Do antidepressants work?

Resultado de imagem para Do antidepressants work? Photo by Robert Brook/Science Photo Library

Photo by Robert Brook/Science Photo Library

Depression is a very complex disorder and we simply have no good evidence that antidepressants help sufferers to improve

by Jacob Stegenga is a lecturer in philosophy of science at the University of Cambridge. He is the author of Medical Nihilism (2018). He lives in Cambridge.
Edited by Sam Haselby

Your grief and guilt overwhelm you. You are so tired you cannot think straight. Your simple joys are lost in an invisible agony. You have pain in your head and back and stomach, real pain. The swamp of your soul suffocates you with despair. All this is your fault, you are worthless, and you might as well die. This is how depression can feel, though people’s experiences of it, including the severity of symptoms, can vary widely. This terrible disease affects about one person in 10 at some point in life and, to treat it, many millions of people have taken antidepressants. Unfortunately, we now have good reasons to think that antidepressants are not effective.

To know if antidepressants work we must, of course, pay close attention to the best evidence about these drugs. There have been many empirical trials of antidepressants, and in the past 10 years or so there have been some good meta-analyses of these trials (a meta-analysis pools data from multiple trials into a single analysis). However, there is a problem: experts disagree about the merits and problems of these empirical studies, and about what we should conclude based on them. Philosophy can help. Philosophy of science is the discipline that studies the concepts and methods of science, and offers a lens through which we can understand what scientific evidence shows us about the world. After witnessing the darkness of depression and the struggle by some of my dearest friends and family to treat this disease with drugs, I began to use my training as a philosopher to understand the evidence about antidepressants. Diving into the details of how antidepressant data are generated, analysed and reported tells us that these drugs are barely effective, if at all.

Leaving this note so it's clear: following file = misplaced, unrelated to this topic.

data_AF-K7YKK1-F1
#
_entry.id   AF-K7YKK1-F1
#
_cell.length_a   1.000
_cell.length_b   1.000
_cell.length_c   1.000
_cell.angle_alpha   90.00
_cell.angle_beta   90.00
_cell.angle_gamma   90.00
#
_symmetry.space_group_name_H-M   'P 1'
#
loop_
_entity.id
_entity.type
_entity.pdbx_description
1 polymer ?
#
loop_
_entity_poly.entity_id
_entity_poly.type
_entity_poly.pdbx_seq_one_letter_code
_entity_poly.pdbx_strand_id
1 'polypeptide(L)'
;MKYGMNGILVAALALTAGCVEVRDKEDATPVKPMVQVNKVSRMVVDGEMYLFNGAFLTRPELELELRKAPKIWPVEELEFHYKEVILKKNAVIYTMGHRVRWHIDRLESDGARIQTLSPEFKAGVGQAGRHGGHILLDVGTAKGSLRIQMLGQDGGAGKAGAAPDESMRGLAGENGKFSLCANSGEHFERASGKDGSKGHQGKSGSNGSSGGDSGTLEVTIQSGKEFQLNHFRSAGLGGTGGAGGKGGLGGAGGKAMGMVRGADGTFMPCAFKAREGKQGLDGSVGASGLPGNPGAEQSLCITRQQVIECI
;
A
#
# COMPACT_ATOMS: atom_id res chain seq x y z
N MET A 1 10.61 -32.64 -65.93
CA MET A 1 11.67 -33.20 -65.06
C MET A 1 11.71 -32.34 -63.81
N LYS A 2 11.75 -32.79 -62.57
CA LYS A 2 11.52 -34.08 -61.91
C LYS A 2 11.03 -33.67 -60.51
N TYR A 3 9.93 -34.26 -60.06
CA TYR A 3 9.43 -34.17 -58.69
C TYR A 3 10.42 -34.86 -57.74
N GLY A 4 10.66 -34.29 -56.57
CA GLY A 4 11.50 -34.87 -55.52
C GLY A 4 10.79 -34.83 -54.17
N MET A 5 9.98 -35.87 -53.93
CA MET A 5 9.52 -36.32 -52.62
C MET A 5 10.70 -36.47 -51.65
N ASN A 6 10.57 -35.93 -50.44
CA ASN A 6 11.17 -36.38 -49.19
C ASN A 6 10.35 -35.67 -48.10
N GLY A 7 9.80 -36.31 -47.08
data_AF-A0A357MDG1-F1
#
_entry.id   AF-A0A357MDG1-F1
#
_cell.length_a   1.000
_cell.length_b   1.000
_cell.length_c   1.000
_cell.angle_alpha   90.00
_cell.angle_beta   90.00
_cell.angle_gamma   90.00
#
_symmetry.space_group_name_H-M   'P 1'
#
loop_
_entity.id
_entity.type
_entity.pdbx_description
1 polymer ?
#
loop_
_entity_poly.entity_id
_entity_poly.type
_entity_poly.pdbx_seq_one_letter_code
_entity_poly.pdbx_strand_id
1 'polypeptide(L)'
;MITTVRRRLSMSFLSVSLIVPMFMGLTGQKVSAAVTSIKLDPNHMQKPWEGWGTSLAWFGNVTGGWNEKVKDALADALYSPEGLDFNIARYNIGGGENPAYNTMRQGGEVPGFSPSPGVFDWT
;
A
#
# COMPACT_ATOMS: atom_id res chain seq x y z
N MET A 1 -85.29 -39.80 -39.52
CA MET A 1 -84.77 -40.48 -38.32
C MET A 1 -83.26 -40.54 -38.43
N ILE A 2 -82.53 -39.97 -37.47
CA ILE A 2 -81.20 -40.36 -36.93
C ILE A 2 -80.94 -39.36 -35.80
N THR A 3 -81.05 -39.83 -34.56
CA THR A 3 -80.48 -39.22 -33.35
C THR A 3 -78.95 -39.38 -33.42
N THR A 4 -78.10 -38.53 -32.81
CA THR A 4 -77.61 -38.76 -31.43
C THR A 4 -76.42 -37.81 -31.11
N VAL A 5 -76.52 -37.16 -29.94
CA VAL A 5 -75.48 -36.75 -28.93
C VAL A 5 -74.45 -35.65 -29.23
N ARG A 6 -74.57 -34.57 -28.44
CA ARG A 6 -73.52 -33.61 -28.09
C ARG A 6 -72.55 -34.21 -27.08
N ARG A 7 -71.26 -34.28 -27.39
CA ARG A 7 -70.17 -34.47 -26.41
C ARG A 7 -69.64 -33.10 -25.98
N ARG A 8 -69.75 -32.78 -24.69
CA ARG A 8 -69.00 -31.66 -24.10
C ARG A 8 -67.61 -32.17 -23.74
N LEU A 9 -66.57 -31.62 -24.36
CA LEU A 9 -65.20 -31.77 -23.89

Depression affects many of us. To the extent that you find the arguments in this essay convincing, the message here could be disappointing. If you are already taking antidepressants, you might decide to stop, but I urge caution. We have little reliable evidence about coming off antidepressants, though there is evidence that people can suffer from withdrawal. Moreover, we have little reliable evidence about alternative modes of intervention, such as talk therapy or lifestyle changes. So, patients should be extra cautious when considering changes to their medications, or foregoing them for other kinds of treatments. A quick essay on a difficult subject must sacrifice depth; for a fuller presentation of the arguments that follow, please see my book Medical Nihilism (2018). If you are depressed, your physician or psychiatrist has clinical experience and insight into your condition – despite the fact that most physicians overestimate the benefits and underestimate the harms of antidepressants, you should continue to consult with them, perhaps with this essay in hand.

The best evidence about the effectiveness of antidepressants comes from randomised trials and meta-analyses of these trials. The vast majority of these studies are funded and controlled by the manufacturers of antidepressants, which is an obvious conflict of interest. These trials often last only weeks – far less than the duration that most people are on antidepressants. The subjects in these trials are selected carefully, typically excluding patients who are elderly, who have other diseases, or who are on several other drugs – in other words, the very kinds of people who are often prescribed antidepressants – which means that extrapolating the evidence from these trials to real patients is unreliable. The trials that generate evidence seeming to support antidepressants get published, while trials that generate evidence suggesting that antidepressants are ineffective often remain unpublished (this widespread phenomenon is called ‘publication bias’). To give one prominent example, in 2012 the UK pharmaceutical company GlaxoSmithKline pleaded guilty to criminal charges for promoting the use of its antidepressant Paxil in children (there was no evidence that it was effective in children), and for misreporting trial data…

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